According to David Heiner, Strategic Policy Advisor at Microsoft, the problems Facebook and YouTube are facing with fake news today have alerted the tech companies the world over and Microsoft is right on the job in building Artificial Intelligence (AI)-driven systems to fight back.

“We are already working on a couple of such AI-powered initiatives towards Bing and Linkedin. We are also trying to forge tie-ups with trusted news sources and then indicate to users what is the source of the news and letting them make their own decisions,” Heiner told IANS at the company’s sprawling, 500-acre campus here.

The main challenge, according to him, are concerns regarding censorship and defining what is fake news.

“A very high percentage of people get news from Facebook and (Google-owned) YouTube and both these major platforms are having troubles with handling fake news.

“In the meantime, we have to draw a line for giving too much power to tech companies – in order to figure out what is being presented to the users that often leads to utterly fake news which is injurious to democracy and the civil society,” the senior company executive noted.

The need of the hour is to build “trustworthy AI” that is fair and doesn’t differentiate between religion, caste and colour.

“The whole idea is to build applications around AI in a trustworthy way. People will not share data and they must not be. With respect to users’ privacy, we need trusted AI systems that are safe and transparent,” Heiner explained.

There is a notion outside that a handful of big US tech companies or Chinese ones like Tencent Holdings and Alibaba will finally control the AI technology.

“Our vision is very different. We want AI for humanity, for all. AI is the new fundamental technology in terms of creating a huge impact on the society,” the executive emphasised.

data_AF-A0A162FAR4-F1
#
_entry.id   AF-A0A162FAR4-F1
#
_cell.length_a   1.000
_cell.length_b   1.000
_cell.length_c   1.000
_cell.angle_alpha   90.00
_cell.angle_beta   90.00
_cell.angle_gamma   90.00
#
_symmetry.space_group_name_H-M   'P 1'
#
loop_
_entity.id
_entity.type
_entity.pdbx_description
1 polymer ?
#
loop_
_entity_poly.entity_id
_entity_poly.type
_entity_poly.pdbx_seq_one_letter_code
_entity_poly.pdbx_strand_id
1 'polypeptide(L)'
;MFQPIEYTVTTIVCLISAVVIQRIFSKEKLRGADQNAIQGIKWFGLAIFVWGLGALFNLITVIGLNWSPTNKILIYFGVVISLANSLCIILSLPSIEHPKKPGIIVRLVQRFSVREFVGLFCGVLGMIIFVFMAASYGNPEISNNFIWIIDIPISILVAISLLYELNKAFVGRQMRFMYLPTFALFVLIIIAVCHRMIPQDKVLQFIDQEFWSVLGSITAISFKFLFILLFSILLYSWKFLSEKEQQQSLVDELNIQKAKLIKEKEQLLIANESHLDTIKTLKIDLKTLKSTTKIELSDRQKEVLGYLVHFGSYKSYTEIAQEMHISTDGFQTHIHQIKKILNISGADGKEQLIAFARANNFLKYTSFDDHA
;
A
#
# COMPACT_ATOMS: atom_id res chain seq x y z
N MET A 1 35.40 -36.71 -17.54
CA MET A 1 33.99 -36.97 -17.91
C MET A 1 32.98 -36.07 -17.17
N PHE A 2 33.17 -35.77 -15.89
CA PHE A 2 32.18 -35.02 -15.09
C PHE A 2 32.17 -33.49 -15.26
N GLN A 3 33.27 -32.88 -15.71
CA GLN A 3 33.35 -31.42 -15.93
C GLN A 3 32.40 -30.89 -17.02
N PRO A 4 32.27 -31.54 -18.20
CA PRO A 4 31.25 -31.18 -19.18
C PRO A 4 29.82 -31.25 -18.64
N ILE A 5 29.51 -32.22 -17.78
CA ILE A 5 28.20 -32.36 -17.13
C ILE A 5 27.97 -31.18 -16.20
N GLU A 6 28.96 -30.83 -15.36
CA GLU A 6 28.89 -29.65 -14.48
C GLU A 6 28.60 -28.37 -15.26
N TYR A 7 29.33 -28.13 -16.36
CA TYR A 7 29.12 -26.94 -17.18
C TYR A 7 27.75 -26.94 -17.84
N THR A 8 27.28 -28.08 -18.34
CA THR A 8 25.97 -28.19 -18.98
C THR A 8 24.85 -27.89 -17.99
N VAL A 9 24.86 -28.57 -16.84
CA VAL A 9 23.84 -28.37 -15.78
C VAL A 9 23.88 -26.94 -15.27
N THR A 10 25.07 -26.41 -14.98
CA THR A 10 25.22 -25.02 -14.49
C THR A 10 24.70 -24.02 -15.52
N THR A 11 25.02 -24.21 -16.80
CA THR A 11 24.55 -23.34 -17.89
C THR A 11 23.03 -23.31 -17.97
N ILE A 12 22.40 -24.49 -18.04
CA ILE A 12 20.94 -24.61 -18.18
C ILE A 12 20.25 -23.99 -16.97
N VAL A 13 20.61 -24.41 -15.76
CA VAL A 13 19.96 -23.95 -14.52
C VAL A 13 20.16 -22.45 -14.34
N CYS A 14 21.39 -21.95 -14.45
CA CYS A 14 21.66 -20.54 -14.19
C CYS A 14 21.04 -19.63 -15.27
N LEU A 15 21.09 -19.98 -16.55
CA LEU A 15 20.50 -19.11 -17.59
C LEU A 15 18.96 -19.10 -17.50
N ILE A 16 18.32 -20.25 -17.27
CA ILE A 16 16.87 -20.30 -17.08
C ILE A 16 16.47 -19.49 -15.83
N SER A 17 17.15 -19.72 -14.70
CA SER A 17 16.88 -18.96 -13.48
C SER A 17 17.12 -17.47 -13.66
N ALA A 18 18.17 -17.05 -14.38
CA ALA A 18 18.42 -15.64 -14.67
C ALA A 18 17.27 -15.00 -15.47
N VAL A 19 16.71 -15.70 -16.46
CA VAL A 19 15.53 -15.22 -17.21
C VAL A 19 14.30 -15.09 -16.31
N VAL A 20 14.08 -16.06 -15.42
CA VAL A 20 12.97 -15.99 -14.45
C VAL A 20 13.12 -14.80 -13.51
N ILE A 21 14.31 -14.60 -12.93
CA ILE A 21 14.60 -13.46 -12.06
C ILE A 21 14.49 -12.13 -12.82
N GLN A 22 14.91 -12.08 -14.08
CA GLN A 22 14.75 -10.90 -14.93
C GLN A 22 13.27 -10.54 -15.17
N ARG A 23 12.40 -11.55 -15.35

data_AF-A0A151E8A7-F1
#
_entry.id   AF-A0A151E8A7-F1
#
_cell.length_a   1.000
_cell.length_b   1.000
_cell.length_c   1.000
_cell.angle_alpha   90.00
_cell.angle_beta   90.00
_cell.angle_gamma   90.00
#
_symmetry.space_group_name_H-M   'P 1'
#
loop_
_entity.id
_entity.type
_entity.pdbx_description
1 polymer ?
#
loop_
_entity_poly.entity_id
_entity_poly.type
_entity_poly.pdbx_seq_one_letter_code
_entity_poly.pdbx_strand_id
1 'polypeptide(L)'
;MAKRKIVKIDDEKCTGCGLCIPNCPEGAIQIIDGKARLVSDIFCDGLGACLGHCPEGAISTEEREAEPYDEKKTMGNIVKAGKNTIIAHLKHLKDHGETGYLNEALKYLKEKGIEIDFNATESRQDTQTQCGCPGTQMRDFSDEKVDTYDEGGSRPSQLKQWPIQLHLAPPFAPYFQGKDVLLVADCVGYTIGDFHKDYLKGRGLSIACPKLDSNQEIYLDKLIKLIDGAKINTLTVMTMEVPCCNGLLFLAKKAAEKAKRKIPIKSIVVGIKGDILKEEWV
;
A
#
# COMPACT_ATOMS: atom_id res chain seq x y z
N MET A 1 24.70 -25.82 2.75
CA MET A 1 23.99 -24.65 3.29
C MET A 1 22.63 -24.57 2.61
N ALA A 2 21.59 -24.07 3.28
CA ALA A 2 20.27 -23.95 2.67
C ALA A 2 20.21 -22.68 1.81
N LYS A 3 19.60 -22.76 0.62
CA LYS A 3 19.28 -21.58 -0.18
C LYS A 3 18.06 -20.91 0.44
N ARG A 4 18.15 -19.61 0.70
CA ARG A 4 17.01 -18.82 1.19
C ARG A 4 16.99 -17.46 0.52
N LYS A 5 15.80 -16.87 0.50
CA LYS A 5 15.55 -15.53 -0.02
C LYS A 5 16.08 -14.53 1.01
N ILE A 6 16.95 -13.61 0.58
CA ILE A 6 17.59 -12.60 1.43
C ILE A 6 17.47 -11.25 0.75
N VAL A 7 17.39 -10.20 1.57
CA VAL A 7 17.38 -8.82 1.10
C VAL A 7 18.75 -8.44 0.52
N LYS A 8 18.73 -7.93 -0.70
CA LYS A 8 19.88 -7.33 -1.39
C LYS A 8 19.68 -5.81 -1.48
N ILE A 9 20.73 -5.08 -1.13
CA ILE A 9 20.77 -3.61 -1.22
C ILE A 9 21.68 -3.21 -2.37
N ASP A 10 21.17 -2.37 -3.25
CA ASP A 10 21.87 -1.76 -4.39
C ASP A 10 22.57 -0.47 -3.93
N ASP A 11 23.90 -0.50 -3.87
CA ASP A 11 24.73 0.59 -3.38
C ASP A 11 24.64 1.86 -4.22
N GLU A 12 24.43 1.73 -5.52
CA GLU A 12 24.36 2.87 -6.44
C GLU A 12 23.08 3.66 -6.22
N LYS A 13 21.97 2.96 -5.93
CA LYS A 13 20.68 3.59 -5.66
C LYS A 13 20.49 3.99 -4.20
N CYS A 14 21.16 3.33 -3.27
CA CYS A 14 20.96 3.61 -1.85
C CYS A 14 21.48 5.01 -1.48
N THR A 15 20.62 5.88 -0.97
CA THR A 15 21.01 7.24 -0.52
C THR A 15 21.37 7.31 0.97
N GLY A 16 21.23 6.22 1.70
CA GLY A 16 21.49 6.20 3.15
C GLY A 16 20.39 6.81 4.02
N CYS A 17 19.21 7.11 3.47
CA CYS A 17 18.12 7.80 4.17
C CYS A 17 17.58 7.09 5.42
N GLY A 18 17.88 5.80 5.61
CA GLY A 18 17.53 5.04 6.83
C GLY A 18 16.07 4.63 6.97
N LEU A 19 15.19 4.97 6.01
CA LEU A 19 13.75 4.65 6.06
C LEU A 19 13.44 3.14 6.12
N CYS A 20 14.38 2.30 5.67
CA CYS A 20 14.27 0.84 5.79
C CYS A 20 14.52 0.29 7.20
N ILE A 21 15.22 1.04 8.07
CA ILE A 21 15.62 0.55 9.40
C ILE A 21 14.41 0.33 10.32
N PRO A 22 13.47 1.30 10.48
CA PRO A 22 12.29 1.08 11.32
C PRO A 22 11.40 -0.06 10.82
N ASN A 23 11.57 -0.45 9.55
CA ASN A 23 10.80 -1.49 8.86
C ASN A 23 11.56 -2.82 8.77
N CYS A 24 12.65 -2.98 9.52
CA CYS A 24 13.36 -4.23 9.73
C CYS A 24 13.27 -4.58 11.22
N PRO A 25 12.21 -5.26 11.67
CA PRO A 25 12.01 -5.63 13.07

There are six core concepts to achieving “trustworthy AI”.

AI-based systems need to treat everyone fairly, must be safe, protect privacy and security, include everyone and need to be transparent as algorithms can be mysterious at times.

“Lastly, people who are deploying AI systems — be it at Microsoft or at other companies – are to be treated as accountable for the trustworthiness of their AI systems,” Heiner explained.

Microsoft is infusing AI into a whole range of applications — Office 365, Azure Cloud, cognitive services and translation solutions, etc.

“The challenge is to ensure how data is it being collected and fed into an AI system. This demands utmost fairness and responsibility and we are very serious about it,” he added.

AI promises new capabilities but it has also raised questions about potential disruptions to the nature and distribution of jobs.

“It is really hard to predict the future on whether AI will kill jobs. Technology has always eliminated certain jobs and created new ones. We don’t know yet whether this will hold true for AI.

“But one thing is sure. Technology in overall, irrespective of AI, will have some impact on jobs like with automation in the recent past,” Heiner said.

What will not be transferable to AI, perhaps, are distinct human qualities like judgment, emotions and empathy.

Microsoft is optimistic that AI systems are needed to be built in such a way that they augment human capabilities.

The company has announced “AI for Accessibility” — a new $25 million, five-year programme for developers globally including in India.

“AI is well suited to us as we build software to improve lives. The technology can do wonders in voice, speech recognition and translation solutions. Aided by AI, humans can reduce errors to a great extent — almost negligible — be it in healthcare or any other field,” Heiner noted.

IANS